In this series we are going to take a look at Functional programming in Python.

I am not trying to convince you to write in Functional programming. I definitely don't want you to write everything in functional programming style. Partially because probably you cannot.

If you really want to explore pure functional programming then pick up one of the purely functional programming language.

Instead of that I'd like to show you that you are probably already using various features of Python that are more aligned with the functional programming paradigm.

I am going to show you various further tools to improve that.

Programming paradigms

There are a number of Programming paradigms that you might be familiar with.

On the Programming paradigms page of Wikipedia you will see one of the ways to categorize programming languages.

There is imperative programming and underneath there are procedural programming and Object-oriented programming.

Then there are functional, logic, and mathematical programming. Since I recorded that video people also added reactive programming to this list.

There are, of course, other ways to categorize programming paradigms.

Basically procedural programming is what we are used to: just writing one statement after the other.

Object Oriented programming is when you create classes and call methods.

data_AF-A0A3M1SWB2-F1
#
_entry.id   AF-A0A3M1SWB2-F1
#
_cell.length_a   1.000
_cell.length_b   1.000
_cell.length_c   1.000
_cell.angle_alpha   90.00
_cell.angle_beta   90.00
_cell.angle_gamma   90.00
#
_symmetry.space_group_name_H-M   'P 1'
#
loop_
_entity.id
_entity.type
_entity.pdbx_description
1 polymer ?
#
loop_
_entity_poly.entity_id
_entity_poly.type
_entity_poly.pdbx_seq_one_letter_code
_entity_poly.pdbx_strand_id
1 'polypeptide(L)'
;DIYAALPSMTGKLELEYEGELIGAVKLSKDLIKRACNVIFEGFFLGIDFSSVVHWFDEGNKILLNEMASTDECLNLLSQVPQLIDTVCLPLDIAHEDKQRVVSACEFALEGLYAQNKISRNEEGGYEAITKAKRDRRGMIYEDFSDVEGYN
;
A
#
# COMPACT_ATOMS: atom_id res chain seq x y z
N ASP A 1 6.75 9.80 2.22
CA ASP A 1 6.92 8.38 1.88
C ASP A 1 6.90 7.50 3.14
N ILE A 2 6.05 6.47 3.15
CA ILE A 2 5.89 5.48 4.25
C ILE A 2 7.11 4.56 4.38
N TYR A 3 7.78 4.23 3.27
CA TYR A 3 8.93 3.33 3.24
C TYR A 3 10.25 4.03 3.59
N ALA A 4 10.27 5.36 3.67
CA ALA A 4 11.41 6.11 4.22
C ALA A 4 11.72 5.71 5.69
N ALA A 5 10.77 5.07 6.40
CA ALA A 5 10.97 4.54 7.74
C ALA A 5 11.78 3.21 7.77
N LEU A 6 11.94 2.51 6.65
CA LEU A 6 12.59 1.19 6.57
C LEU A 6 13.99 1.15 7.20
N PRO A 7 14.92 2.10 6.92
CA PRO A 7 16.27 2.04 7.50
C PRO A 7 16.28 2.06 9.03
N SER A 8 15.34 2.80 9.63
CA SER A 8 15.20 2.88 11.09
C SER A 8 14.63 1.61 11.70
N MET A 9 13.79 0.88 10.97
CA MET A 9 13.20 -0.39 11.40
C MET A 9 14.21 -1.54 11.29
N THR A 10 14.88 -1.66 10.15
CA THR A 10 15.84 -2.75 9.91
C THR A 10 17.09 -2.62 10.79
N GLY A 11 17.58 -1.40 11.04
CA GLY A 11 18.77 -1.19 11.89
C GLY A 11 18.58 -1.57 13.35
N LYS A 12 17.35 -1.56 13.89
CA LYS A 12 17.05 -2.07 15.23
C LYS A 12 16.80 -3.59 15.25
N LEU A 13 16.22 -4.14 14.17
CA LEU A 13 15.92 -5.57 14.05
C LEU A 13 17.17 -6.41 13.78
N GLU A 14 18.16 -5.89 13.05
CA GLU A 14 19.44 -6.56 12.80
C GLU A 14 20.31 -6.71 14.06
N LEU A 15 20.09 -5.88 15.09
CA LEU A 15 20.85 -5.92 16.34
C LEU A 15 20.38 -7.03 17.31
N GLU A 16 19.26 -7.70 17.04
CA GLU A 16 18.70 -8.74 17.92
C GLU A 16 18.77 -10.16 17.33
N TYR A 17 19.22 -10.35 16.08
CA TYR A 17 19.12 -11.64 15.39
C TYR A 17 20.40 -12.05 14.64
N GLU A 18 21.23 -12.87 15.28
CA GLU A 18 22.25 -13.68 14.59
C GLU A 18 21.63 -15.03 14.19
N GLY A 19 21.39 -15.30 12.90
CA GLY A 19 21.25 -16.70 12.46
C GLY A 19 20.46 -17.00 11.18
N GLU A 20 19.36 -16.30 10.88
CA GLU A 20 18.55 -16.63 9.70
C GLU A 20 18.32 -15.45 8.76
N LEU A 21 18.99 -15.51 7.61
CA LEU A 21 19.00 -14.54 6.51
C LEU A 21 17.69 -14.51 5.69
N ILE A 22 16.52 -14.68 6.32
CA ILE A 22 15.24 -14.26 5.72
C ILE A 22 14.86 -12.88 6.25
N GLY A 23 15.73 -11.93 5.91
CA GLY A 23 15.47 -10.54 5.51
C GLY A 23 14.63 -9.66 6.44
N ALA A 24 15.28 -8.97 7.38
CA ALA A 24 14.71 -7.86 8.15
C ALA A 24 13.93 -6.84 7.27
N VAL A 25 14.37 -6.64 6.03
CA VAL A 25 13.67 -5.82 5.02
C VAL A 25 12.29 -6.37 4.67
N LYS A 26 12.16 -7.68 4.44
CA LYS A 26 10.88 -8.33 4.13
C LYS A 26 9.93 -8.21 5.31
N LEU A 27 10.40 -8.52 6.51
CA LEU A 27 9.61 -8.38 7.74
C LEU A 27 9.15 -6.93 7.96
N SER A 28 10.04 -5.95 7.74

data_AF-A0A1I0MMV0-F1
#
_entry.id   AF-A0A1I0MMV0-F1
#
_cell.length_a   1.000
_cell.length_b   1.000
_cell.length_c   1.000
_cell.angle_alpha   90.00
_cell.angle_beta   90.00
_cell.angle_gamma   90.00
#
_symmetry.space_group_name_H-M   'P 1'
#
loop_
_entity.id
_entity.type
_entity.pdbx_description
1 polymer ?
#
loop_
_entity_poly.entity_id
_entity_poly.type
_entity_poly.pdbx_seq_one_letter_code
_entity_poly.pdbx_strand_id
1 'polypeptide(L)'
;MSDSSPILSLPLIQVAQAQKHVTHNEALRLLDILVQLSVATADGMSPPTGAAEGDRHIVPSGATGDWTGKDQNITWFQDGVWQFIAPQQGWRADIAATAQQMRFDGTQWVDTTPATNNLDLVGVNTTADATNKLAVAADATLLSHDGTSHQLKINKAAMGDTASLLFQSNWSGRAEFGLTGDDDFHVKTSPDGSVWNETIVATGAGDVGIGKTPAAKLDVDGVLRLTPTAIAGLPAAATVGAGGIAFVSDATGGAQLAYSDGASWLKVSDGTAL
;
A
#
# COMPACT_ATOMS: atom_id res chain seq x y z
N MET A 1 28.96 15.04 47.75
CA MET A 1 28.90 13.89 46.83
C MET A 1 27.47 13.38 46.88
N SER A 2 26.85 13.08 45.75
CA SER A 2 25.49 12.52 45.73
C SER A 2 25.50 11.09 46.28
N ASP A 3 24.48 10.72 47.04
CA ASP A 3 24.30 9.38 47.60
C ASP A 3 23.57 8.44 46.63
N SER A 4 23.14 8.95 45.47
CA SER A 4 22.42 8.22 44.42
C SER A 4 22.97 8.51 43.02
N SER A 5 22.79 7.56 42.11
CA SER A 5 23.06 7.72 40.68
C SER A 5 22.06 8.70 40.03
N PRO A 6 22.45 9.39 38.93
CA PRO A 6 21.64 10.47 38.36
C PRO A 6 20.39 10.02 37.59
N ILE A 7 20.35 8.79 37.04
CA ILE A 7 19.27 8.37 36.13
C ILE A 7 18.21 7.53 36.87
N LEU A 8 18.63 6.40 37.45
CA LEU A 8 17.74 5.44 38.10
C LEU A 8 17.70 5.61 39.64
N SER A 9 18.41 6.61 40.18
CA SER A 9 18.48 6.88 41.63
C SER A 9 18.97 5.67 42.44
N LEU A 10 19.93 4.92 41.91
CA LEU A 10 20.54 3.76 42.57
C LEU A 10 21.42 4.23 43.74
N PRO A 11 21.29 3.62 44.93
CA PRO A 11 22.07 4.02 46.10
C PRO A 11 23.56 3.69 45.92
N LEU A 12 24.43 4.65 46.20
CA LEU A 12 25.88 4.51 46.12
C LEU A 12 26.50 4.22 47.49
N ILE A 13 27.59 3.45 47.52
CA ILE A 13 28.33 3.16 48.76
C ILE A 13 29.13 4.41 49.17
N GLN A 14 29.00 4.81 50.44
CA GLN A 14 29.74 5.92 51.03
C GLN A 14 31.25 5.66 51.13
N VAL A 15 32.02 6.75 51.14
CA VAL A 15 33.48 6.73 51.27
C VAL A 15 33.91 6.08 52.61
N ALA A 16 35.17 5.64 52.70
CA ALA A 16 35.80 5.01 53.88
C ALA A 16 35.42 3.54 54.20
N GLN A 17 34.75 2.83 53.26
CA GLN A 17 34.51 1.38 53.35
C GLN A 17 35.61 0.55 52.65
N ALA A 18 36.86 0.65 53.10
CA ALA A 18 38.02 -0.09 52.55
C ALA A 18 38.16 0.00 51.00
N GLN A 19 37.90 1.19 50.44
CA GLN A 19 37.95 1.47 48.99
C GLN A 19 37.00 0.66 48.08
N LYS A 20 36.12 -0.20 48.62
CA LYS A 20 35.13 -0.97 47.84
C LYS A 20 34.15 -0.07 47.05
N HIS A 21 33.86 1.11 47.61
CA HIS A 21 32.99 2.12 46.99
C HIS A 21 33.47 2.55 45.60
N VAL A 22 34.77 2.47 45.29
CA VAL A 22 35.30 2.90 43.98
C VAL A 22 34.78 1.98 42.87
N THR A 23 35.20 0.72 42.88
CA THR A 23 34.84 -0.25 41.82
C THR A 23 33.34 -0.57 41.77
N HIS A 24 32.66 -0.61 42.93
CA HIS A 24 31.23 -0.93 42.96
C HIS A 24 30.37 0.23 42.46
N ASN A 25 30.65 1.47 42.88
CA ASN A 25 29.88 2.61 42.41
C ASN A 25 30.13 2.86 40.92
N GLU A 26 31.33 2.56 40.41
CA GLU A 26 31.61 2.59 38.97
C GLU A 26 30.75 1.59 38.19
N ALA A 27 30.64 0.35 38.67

These are both supported by Python so you can write in both paradigms in Python.

Then there is the Functional programming that is also partially supported by Python. That's what we are going to focus on.

One more to mention is the Declarative programming paradigm. The language using this paradigm that you are most familiar with is probably SQL.

What is Functional Programming?

Functional programming has several features:

immutability - Python has a number of data-type that are immutable. For example strings and tuples.

The problem with variable is that they change. Well, they name indicates that, but apparently it is also a source of a lot of bugs.

Instead of changing the content of the immutable data-types Python allows you to replace the content of a variable with the new value.

Separation of data and functions is quite the opposite to what Object Oriented programming says. In OOP you have a class that has both attributes (data) and methods (functionality).

Pure functions are function without side-effects that given the same input will always return the same result. (So no counter, no print).

First-class functions (you can assign function to another name and you can pass function to other functions and return them as well. We can also manipulate functions) You can do all this in Python.

Higher order functions a functions that either takes a function as a parameter or returns a function as a parameter.

In python you can write a function that will receive a function as its parameter and returns another function based on the one that was just passed in. Basically this is what decorators do in Python.

We are going to talk about such features of Python in the following episodes.